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Killington is huge and hard to get bored, bromely not super big but they do have decently priced lift tickets. Im getting a season pass next year to stratton and okemo for 265 bucks cause im a college student but i wony know how they are til nex year because im not paying 82 effin bucks on a lift ticket. Sry so Unorganized on the iphone and in class
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Old 02-03-2010, 10:20 PM   #9 (permalink)
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Default Don't believe the hype on Killington. Stowe, Jay, Sugarbush -- all good.

Killington is privately owned and maintenance on the facilities is low at best. They way exaggerate their trail count AND their vert, which includes a completely un-ridable green which literally crosses a parking lot before turning into a flat snowshoe trail for nearly a mile down to the Skyeship base. Last time I went we were ready early, cranked up for first tracks in nearly a foot of pow which had been falling all night. We were second in line for the gondola, which made it halfway up the mountain and then stopped, trapping us for 25 minutes as we watched everyone else track up that beautiful snow beneath us.

There are tons of flat areas and traverses (which, as other posters said, are counted as "trails"). And the "six mountains" stuff is pure crap...it's one mountain with six bumps on top, which have different names -- Sugarbush and Stowe are both steeper and bigger and each actually have two distinct mountains accessed with one lift ticket. What Killy IS famous for is night life. It is a party town.

Jay Peak would be my fave if it weren't so far away. Going to Jay is like being in a different country. Most of the people speak French. If the tram is down, it's not really a big deal because it really only accesses some insane trees and two blue trails connecting to all the stuff you can get to via the lift which lands you just below the peak. That said, the top is sick. Almost scary...you step out of that tram onto a very small landing area that barely holds all the people on the tram, with a 1500' drop into the woods right in front of you, and only two driveway-wide trails, one of which I've never seen actually open. But it's a hell of an experience! Closest thing to out-west style riding in New England.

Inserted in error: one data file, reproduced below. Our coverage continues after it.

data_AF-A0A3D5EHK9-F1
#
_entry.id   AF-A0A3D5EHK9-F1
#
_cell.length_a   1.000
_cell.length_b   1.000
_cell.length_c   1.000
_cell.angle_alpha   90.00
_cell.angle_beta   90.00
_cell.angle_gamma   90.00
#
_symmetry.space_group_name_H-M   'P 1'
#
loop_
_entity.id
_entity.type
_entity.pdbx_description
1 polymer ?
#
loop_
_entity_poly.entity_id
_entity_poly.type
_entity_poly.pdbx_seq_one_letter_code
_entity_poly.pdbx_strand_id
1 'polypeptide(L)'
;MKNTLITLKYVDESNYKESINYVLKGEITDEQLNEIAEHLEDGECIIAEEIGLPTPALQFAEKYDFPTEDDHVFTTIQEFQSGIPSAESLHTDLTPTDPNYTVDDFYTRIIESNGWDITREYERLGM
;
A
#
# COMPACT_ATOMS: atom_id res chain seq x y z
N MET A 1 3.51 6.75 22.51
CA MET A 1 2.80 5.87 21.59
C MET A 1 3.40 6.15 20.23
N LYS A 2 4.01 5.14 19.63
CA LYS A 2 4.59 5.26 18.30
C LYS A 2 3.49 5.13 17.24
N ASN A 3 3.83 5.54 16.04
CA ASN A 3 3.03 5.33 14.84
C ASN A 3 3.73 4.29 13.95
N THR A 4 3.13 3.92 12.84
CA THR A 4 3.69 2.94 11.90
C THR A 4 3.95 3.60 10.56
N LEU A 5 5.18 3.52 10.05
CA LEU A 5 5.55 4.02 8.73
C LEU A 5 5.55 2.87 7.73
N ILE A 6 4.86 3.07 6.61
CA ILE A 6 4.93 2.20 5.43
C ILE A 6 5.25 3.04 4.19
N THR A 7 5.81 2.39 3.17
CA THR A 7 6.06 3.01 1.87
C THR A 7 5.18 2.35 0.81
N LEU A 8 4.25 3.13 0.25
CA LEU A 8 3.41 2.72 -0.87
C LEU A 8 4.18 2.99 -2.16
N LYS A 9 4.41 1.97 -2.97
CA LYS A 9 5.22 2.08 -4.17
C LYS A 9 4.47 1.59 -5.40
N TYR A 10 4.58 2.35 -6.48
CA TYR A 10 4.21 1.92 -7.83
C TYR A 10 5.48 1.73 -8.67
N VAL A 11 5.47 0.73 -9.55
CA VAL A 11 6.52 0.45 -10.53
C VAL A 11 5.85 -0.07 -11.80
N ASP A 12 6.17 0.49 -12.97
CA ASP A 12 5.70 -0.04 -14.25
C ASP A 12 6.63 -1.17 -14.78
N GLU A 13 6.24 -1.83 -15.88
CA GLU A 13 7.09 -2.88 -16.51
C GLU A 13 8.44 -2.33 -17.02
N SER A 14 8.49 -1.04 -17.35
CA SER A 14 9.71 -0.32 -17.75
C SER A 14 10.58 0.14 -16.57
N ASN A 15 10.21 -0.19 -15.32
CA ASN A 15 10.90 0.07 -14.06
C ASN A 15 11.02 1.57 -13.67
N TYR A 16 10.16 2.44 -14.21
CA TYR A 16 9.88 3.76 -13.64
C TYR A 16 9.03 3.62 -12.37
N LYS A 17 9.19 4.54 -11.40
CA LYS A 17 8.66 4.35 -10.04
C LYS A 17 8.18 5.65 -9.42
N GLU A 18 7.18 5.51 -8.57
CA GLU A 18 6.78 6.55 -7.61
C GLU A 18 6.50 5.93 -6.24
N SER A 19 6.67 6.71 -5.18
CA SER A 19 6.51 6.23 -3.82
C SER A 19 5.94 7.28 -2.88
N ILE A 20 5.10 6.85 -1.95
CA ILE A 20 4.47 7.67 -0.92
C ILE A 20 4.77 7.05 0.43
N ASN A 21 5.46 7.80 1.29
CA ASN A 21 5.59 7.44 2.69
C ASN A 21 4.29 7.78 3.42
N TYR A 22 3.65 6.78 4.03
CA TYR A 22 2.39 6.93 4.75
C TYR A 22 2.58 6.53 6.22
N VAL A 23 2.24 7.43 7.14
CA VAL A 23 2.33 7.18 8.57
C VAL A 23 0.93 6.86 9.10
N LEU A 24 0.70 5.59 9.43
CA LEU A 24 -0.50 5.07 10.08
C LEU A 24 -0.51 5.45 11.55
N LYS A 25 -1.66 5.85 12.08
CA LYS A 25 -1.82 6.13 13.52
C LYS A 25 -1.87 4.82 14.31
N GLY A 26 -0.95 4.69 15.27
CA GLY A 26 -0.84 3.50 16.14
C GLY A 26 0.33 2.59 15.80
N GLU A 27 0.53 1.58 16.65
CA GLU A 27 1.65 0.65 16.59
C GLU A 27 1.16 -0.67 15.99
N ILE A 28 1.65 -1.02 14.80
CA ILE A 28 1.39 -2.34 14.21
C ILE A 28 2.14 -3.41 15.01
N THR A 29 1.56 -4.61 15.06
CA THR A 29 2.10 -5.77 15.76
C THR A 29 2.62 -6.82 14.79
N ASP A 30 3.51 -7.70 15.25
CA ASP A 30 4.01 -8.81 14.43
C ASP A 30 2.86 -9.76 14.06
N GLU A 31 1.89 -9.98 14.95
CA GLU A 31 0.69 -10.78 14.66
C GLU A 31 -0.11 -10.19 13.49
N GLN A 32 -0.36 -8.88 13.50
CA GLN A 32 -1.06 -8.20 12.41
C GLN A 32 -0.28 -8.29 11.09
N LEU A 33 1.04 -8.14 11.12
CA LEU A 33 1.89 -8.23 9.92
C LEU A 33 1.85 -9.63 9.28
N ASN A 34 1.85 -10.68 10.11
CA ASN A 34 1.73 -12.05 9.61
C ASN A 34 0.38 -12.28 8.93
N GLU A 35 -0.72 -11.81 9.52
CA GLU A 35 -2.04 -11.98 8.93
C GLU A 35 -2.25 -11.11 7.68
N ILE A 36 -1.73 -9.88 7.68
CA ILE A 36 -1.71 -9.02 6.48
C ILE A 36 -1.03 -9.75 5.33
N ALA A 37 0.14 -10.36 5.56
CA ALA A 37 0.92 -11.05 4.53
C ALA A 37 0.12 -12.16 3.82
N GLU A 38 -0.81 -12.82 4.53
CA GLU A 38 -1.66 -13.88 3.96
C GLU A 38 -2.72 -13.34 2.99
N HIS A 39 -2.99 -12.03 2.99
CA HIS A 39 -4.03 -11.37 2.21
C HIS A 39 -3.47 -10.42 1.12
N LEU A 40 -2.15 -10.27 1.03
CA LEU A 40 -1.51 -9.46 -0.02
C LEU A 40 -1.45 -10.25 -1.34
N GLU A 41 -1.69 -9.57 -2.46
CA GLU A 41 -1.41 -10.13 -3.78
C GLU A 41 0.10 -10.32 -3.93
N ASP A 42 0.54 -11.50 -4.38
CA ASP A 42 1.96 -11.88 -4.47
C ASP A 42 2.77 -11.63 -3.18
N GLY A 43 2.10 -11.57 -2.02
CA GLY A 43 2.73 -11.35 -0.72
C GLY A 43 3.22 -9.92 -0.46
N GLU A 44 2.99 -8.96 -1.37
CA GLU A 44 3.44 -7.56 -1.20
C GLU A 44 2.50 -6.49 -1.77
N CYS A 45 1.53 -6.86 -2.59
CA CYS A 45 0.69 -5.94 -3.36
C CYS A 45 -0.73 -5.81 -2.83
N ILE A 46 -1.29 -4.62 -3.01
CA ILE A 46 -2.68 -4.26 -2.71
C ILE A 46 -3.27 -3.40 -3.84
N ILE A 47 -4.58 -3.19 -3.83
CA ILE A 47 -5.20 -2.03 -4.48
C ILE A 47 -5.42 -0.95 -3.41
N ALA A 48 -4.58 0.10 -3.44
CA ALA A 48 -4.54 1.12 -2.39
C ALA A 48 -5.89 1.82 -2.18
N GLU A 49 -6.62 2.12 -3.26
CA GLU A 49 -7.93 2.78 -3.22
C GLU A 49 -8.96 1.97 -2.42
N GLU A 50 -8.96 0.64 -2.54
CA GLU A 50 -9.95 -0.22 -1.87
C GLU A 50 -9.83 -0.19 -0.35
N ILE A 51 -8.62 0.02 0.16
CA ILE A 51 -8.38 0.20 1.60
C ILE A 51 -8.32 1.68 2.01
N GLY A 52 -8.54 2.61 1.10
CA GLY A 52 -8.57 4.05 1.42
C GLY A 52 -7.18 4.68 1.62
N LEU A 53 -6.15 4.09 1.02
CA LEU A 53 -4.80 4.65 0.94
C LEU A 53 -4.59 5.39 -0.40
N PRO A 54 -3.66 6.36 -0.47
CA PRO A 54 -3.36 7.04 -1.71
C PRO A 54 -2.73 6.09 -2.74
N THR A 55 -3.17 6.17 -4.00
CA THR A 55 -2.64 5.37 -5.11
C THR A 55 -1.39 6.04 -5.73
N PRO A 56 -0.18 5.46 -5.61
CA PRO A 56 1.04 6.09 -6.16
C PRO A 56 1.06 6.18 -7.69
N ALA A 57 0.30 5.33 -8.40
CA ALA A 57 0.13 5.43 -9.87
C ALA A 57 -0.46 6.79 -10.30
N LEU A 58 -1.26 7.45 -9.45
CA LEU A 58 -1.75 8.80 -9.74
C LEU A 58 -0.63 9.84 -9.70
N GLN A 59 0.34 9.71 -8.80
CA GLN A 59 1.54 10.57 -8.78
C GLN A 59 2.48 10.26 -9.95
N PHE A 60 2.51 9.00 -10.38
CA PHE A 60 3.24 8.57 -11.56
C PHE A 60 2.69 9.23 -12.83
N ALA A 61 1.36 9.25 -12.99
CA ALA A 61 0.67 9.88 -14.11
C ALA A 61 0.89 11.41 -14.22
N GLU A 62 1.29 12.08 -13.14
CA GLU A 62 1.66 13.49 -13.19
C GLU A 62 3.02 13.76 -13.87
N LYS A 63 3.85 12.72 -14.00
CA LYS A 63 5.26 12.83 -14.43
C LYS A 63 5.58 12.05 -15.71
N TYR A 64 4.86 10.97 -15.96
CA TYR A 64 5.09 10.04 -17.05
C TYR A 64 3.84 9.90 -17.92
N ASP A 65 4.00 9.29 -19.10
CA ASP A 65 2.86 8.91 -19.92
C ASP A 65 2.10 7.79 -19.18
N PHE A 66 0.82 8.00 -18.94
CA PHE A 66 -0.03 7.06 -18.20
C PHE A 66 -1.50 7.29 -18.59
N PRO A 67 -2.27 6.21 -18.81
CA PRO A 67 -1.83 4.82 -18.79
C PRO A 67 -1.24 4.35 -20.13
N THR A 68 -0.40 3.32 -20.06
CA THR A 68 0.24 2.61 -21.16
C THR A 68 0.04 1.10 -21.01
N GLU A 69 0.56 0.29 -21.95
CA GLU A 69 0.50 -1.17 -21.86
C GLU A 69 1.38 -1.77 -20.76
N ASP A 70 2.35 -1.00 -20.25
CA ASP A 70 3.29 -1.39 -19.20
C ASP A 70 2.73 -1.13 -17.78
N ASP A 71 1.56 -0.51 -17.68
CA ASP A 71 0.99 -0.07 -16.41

Sugarbush is pretty intimidating when you first drive up to it. It hardly looks like there are any trails, the mountain is so big and they're so far apart (and narrow). Lincoln Peak is the main mountain, and it's BIG. Mt. Ellen is a five minute drive down the road. If you're really good, you can access one from the other via long backcountry trip through the valley between the two mountains. But you had better really like trees. There is a gondola between them, but I've never seen it open.

Stowe is just epic. My favorite. The five double-black "signature" trails on the face of Mt. Mansfield are some of the steepest shit in the Northeast. Stowe doesn't have a huge trail count, but the trails it does have are loooong and fast. A run from the peak to the Toll House area is nearly 3 1/2 miles, though it isn't the most challenging thing you'll ever ride. The wind can be an issue -- in fact, the first black run I ever did was at Stowe, accidentally, when I literally got blown onto the entrance to Hayride. Across the road -- accessible via a gondola, is Spruce Peak. They market it as the more family-friendly mountain, hoping to keep the small kids off of Mt. Mansfield. It's not nearly as steep, only has two short black runs, and lots of bunny-slope area at the base where you'll have to weave through a thousand ducklings in ski school. And one of the best "resort" towns in Vermont -- lots of restaurants and bars.

Stratton has a lot of terrain, and is pretty fun, but it's spendy and has a kind of snotty attitude - probably because its so damned expensive. Lots of pretty people in never-been-worn-before gear. They have a village, but aren't really close to any town, so unless you're staying there ($$$), you're pretty much out of luck for night life. Bromley is actually good for a smaller mountain. It faces Stratton, and is usually sunny when Stratton is covered in clouds. Mt. Snow is fun, but nothing real challenging. Great parks, if you're into that. I hate Okemo (though not nearly as much as Killington). It's always crowded, and the lift system sucks for navigating your way around the mountain.

Have fun!
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Old 02-03-2010, 10:46 PM   #10 (permalink)
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Wow this thread is delivering. Thanks for that!